21 Mar 2024, 14:04
Julian Wettengel

Pro-European parties should focus on national issues in EU election campaigns - think tank

Clean Energy Wire

European parliamentary hopefuls have been urged against campaigning on the EU’s successes in dealing with issues such as climate change and COVID-19, as polls show many citizens do not recognise the positive progress made on the crises, said the think tank European Council on Foreign Relations (ECFR). In response to an anticipated rightwing surge in the EU Parliament election, mainstream parties seem to be imitating rightwing policies on migration or promoting a narrative of the EU’s success by focusing on its response to the climate crisis, the pandemic, and Russia’s war on Ukraine, it said. However, since EU elections are mainly decided at the national level, more targeted campaigns are necessary, taking national conditions into account, argued ECFR. In Germany, for example, voters of the far-right AfD are highly mobilised, with 71 percent saying they would "definitely" vote in the EU elections (compared to 64% of CDU/CSU voters). Any campaign in the country should be about mobilising voters for the pro-European parties, by underlining the stakes of this election, for example by "stressing the risks of an asymmetrically high mobilisation among anti-Europeans for different issue areas (such as the EU’s environmental, social, and economic laws), or presenting the European Parliament election as a test of whether the far right could be stopped on a national level," said ECFR.

Voters in the EU will head to the polls on 6-9 June 2024 to elect the next European Parliament, which helps shape the bloc’s climate policy for the next five years. ECFR's poll was conducted in January 2024 in twelve EU countries that account for three-quarters of seats in the European Parliament (Austria, France, Germany, Greece, Hungary, Italy, the Netherlands, Poland, Portugal, Romania, Spain, and Sweden).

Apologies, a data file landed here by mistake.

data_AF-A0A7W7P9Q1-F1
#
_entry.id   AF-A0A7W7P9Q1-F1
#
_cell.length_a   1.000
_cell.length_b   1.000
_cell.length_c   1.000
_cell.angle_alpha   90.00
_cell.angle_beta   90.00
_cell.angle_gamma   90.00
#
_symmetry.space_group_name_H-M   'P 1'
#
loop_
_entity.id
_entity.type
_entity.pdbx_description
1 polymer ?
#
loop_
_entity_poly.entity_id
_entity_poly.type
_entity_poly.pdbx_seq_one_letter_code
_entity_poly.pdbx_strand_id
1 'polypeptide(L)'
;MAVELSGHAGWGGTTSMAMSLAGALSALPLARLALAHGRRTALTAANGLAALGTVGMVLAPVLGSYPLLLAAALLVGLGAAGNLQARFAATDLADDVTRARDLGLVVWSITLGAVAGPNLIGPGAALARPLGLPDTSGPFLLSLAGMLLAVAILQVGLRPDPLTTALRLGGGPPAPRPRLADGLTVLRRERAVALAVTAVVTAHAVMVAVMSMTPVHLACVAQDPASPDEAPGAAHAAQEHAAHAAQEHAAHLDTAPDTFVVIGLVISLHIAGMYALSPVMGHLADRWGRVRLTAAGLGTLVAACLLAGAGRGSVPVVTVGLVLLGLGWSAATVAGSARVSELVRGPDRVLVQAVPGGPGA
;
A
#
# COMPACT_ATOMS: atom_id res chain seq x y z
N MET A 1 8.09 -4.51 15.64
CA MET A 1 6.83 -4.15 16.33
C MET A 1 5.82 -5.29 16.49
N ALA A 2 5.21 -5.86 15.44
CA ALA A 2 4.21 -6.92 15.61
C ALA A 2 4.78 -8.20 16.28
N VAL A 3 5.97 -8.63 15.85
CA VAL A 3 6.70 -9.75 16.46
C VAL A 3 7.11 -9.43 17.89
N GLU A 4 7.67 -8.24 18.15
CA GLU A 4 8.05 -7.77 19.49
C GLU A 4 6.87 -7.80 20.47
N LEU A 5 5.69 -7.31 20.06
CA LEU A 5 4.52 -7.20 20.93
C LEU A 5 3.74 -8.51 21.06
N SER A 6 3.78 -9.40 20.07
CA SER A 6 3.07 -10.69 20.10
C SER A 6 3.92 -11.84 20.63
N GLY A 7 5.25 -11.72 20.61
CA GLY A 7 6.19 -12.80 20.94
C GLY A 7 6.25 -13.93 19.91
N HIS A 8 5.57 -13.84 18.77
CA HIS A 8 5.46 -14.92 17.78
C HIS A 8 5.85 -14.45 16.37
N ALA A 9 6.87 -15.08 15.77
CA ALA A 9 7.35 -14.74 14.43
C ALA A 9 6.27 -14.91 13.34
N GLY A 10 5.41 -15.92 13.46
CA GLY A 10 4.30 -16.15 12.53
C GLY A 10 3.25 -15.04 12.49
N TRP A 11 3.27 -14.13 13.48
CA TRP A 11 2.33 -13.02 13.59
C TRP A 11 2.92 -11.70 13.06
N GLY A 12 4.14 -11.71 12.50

ECFR also asked people to confront a hypothetical trade-off between the two goals of pursuing climate ambitions and avoiding the rise of energy bills. In most countries polled – apart from Sweden and Portugal – more people preferred to reduce energy bills rather than prioritising climate action. Half of respondents in Germany agreed with the statement "if it was up to me, European governments should do all possible to reduce energy bills, even if that means missing carbon emissions targets" – the highest share in all surveyed countries. Only 21 percent agreed with "if it was up to me, European governments should do all possible to reduce carbon emissions, even if that means energy bills would need to rise" (13% said they agreed with neither statement, and 14% said "don't know").

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